Dale said he sat out on the front porch and enjoyed the view from the tiny home the other day and enjoyed it. I don’t think I could live in a tiny home for more than a few weeks. The novelty would wear off really fast.
Davis Homes can be reached at 668-2031.
Old Davis Homes?
Business Pulse segments often have a domino effect where one story leads to another. In talking to Dale Davis on Friday, I began wondering about his former location. It’s a great spot on Smithville Highway across from Fairgrounds Road.
It’s 11 acres of prime commercial property with road frontage on two sides – Smithville Highway and Needmore Road. How that land has sat there vacant for five years is a mystery in this real estate explosion.
I’ve always thought that would be a great spot for some nice apartments. Do some fancy landscaping in front, toss a pool in the middle, and a nice apartment complex could be built there which could be profitable and a community asset.
The property is now in the hands of Phillip Prater of Prater Realty. Phillip says he’s motivated to sell it.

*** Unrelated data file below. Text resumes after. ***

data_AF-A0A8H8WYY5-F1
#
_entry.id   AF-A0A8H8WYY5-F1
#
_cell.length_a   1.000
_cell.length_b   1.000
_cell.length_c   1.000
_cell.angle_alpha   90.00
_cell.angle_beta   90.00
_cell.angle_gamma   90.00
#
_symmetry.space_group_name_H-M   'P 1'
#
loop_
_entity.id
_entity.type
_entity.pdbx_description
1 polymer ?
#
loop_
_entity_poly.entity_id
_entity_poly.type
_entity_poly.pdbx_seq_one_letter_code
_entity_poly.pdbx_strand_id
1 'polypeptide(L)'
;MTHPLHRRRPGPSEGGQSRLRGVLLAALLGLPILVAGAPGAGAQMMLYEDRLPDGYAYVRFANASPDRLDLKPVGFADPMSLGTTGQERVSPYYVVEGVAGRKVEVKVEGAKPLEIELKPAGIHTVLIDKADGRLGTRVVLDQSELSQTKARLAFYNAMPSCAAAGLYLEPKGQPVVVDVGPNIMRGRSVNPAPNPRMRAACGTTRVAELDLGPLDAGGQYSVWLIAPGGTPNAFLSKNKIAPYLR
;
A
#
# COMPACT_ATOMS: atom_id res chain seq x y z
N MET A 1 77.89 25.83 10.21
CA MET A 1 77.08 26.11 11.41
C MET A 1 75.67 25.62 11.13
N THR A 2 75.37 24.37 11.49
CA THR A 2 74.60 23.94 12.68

“It’s probably as good a piece of property as any that’s available in town,” said Phillip. “I just got it and I’m going to see what I can do with it. I’m about to get some drone footage of it and get real aggressive with the marketing.”
The asking price is $875,000. That’s more in line with what a large company would pay than a local resident. The thing about large companies is they are going to do their homework before plopping down $875,000 so there’s going to be a traffic count. I don’t think there’s enough traffic flow on that part of town to entice a big chain out that way for retail.
Residential would be a much better bet, just a hop away from everything in McMinnville.